Chelsea want to withdraw from the controversial Super League, it has been confirmed, as former goalkeeper Petr Cech was forced to personally plead with fans outside Stamford Bridge after protests at the club's involvement in the competition prevented the team coach reaching the stadium.
Angry Blues supporters gathered outside the stadium ahead of Chelsea's Premier League meeting with Brighton on Tuesday night after the club were confirmed as one of the 12 founding sides of the competition which has sparked outrage around the world of football.
The crowd stopped the Chelsea team bus reaching the ground, forcing Cech - now technical director at the club - to ask them to let the coach through, amid reports which broke on Tuesday night saying the Blues will now withdraw from the Super League.
Fans gathered outside Stamford Bridge to protest Chelsea joining with Manchester United, Manchester City, Arsenal, Tottenham, Liverpool, Juventus, AC Milan, Inter, Real Madrid, Atletico Madrid and Barcelona in a breakaway competition, in which their participation would be ring-fenced.
Supporters with banners and flares blocked the road to the ground ahead of the meeting with Brighton, causing Cech to meet protestors to try and calm the situation.
In a video taken at the protest, Cech can be heard urging fans to "let people sort it out" and "let the bus go in", while some fans present can be heard calling him a "traitor".
Chelsea set to withdraw
As the extraordinary scenes played out, it emerged in reports – since confirmed by Goal – that Chelsea want to withdraw from the Super League.
Chelsea’s move comes after major concerns were raised in a meeting between the players and chairman Bruce Buck on Monday.
The Blues have been threatened with losing their spot in the Champions League, where they are due to face Real Madrid in the semi-finals next week, while they could be kicked out of UEFA competition next season as well.
International performers, meanwhile, may be banned from competing in this summer's European Championship if sanctions are pushed through.
There was no communication from above ahead of the announcement on Sunday evening, leaving club staff to receive the news in the same way that the general public did.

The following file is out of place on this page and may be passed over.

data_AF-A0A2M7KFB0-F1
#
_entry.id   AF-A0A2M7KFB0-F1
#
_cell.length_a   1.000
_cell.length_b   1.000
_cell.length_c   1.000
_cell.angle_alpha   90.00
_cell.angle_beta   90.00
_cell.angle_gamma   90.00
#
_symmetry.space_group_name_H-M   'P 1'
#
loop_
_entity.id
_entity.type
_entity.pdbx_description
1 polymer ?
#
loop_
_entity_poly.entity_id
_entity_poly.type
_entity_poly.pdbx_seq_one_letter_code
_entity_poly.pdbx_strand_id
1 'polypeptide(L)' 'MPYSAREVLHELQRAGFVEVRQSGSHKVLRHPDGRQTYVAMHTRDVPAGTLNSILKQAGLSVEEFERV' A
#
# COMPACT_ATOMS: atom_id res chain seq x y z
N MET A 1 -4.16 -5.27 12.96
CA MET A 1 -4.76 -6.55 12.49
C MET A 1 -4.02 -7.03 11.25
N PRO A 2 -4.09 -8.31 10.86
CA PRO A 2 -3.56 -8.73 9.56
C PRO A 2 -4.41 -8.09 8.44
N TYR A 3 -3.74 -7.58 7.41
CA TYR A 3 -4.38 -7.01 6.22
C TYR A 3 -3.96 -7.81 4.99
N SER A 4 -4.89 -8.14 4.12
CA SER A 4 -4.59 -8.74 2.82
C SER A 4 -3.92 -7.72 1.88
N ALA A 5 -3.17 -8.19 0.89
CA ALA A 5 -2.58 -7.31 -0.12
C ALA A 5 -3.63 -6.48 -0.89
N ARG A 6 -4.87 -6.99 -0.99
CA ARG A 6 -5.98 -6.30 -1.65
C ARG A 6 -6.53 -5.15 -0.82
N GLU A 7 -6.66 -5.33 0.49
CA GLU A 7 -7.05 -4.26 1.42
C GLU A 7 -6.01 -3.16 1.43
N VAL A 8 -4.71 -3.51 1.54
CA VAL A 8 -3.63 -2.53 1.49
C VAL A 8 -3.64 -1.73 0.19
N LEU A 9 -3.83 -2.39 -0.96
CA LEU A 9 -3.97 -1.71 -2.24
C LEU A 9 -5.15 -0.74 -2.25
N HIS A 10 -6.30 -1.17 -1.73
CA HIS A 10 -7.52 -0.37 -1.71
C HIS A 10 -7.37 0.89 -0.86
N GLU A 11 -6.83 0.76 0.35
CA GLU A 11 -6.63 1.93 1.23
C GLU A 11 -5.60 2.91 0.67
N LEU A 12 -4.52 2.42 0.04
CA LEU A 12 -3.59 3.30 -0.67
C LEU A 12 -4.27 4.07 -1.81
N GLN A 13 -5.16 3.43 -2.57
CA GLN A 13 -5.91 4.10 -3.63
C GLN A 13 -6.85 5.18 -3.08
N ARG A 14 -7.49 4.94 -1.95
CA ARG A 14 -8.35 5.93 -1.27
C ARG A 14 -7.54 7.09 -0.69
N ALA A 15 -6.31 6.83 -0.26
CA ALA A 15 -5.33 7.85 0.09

It is thought that several players in the Blues group are concerned after hearing UEFA president Aleksander Ceferin threaten action on them in the coming weeks should the club stand firm.
What has been the reaction to the Super League?
The news that 12 European clubs want to start their own tournament from which they cannot be relegated and in which they will compete every season, in competition with domestic leagues and the Champions League, has sparked fury throughout football.
There were also protests outside Elland Road on Monday before Liverpool's away game against Leeds United, with the Whites players warming up in t-shirts condemning the breakaway.
The other 14 Premier League clubs held a meeting on Tuesday, at which they voted to "unanimously and vigorously" reject the Super League.
What has been said by Chelsea?
No official statement has been made regarding the Super League since Sunday, with manager Thomas Tuchel left to bear the brunt of fan and media pressure.
"It's maybe impossible for the players to not to be influenced by any of it, but it's too early and there are a lot of opinions out there," Tuchel said at his pre-match press conference on Monday.
"I can totally understand the emotion on this and you want more response from Chelsea. I can absolutely understand every single argument but it has to be clear that I am not the guy for these questions. I am not part of the board or these decisions.
"I am not part of the work that was put in or not put in. I don't know the details of all this and that's why. I can understand that you want more answers to get the bigger picture but I am clearly not the guy."
By Emma Smith
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